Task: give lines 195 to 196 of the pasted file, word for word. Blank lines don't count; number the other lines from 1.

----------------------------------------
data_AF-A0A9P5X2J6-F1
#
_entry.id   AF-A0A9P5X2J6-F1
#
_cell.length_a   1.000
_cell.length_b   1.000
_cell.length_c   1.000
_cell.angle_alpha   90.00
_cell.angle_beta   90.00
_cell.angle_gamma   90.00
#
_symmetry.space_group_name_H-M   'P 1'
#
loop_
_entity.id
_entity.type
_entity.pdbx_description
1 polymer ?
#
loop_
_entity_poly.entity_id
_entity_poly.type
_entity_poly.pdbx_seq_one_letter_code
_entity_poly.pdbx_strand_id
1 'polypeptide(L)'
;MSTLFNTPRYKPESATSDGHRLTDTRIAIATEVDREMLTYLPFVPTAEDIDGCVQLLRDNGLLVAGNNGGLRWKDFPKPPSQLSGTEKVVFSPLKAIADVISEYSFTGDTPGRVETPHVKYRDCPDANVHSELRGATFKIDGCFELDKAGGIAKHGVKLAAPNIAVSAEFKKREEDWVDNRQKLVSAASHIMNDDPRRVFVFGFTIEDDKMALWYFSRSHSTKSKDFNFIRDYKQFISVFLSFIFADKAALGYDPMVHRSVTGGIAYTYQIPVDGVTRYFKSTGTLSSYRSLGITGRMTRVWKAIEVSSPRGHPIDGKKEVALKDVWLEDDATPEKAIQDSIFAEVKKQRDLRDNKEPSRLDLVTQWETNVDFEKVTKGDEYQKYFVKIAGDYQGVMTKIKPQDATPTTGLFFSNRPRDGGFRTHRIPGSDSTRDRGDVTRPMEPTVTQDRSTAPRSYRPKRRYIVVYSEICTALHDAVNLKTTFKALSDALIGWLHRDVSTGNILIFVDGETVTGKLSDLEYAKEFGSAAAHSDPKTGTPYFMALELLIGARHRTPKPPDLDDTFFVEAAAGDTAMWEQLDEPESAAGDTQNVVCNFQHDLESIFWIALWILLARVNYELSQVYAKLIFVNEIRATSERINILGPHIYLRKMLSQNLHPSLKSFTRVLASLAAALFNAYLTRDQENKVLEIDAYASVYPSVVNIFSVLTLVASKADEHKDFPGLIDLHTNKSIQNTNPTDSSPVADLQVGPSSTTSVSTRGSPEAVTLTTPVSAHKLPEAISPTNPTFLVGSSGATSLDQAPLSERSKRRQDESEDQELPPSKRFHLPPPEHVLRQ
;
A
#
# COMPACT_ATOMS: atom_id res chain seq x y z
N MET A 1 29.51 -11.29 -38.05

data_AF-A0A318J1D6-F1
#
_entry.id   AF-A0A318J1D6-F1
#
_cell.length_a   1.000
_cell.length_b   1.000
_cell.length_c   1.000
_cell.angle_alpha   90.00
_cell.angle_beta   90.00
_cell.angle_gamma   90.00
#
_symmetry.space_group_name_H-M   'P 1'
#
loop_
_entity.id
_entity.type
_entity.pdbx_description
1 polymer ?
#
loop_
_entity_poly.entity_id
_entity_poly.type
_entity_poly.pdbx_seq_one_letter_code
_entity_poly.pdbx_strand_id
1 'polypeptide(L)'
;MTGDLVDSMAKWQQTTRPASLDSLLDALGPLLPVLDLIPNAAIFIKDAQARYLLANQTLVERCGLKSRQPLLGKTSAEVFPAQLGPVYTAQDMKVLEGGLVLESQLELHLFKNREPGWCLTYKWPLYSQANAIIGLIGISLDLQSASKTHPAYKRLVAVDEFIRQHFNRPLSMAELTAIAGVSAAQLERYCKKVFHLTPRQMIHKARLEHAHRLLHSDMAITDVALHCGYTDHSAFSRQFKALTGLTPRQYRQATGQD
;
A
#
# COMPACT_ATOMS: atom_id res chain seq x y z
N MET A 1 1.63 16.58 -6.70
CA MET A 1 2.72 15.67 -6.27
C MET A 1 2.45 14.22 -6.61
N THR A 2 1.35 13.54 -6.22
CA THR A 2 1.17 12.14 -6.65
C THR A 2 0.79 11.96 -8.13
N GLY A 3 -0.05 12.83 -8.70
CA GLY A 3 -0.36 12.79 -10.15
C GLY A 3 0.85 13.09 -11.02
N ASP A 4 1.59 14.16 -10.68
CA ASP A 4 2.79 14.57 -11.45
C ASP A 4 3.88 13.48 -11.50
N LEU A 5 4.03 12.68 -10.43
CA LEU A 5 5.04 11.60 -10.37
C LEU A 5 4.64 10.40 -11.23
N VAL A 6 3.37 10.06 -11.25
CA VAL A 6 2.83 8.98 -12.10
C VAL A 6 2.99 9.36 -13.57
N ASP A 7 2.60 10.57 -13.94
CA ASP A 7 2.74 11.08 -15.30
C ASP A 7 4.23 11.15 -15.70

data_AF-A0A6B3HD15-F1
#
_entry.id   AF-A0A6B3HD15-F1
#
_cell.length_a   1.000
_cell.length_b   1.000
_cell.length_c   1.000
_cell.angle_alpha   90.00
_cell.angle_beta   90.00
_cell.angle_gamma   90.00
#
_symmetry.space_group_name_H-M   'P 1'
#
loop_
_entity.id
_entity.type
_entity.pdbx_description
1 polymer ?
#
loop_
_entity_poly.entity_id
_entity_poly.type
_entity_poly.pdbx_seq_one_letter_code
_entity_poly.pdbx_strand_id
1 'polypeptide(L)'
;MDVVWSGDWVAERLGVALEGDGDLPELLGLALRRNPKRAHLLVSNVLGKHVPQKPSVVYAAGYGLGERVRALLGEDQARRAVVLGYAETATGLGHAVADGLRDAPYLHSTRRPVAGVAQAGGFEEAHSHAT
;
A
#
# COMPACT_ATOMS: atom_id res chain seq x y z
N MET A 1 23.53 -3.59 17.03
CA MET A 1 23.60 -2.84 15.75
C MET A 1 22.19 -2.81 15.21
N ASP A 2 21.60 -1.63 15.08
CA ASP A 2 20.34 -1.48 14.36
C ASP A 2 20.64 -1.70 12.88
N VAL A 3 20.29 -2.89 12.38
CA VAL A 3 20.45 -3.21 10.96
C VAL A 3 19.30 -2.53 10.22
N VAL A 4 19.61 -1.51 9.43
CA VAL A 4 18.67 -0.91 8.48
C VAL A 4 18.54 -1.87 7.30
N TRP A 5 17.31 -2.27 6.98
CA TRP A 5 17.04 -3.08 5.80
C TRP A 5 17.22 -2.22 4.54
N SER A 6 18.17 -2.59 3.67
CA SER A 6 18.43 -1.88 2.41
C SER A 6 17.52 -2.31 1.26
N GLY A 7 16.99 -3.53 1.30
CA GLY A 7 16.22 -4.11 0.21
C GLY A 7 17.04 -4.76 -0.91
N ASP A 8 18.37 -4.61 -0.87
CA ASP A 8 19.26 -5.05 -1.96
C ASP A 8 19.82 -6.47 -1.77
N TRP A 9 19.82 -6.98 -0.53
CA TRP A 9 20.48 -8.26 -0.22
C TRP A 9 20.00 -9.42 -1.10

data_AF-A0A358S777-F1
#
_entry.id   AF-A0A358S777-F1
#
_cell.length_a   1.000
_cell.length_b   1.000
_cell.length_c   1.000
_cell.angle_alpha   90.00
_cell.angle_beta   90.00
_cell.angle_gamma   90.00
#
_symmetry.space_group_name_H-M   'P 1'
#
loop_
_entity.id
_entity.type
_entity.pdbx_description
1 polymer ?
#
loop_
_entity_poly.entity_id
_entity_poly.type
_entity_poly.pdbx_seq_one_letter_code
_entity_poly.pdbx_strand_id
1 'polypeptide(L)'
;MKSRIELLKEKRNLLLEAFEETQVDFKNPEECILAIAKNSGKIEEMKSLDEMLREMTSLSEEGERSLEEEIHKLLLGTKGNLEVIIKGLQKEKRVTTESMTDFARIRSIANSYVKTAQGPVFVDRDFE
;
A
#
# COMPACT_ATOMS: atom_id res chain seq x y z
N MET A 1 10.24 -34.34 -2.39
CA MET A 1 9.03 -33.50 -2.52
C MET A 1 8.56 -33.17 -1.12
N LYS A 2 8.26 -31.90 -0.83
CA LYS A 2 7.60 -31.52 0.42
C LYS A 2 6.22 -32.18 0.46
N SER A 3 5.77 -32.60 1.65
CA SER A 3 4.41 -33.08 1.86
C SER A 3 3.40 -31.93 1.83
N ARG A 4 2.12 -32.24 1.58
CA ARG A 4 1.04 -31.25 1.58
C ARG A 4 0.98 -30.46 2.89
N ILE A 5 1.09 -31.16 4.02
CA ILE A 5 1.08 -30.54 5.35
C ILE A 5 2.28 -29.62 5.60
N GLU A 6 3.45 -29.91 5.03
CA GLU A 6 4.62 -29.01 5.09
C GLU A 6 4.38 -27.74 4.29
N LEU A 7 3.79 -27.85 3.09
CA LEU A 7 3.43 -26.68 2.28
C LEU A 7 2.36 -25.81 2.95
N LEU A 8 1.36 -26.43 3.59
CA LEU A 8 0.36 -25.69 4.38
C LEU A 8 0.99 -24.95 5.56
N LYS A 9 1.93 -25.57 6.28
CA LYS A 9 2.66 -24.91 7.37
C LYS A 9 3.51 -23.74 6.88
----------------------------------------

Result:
CA LYS A 9 2.66 -24.91 7.37
C LYS A 9 3.51 -23.74 6.88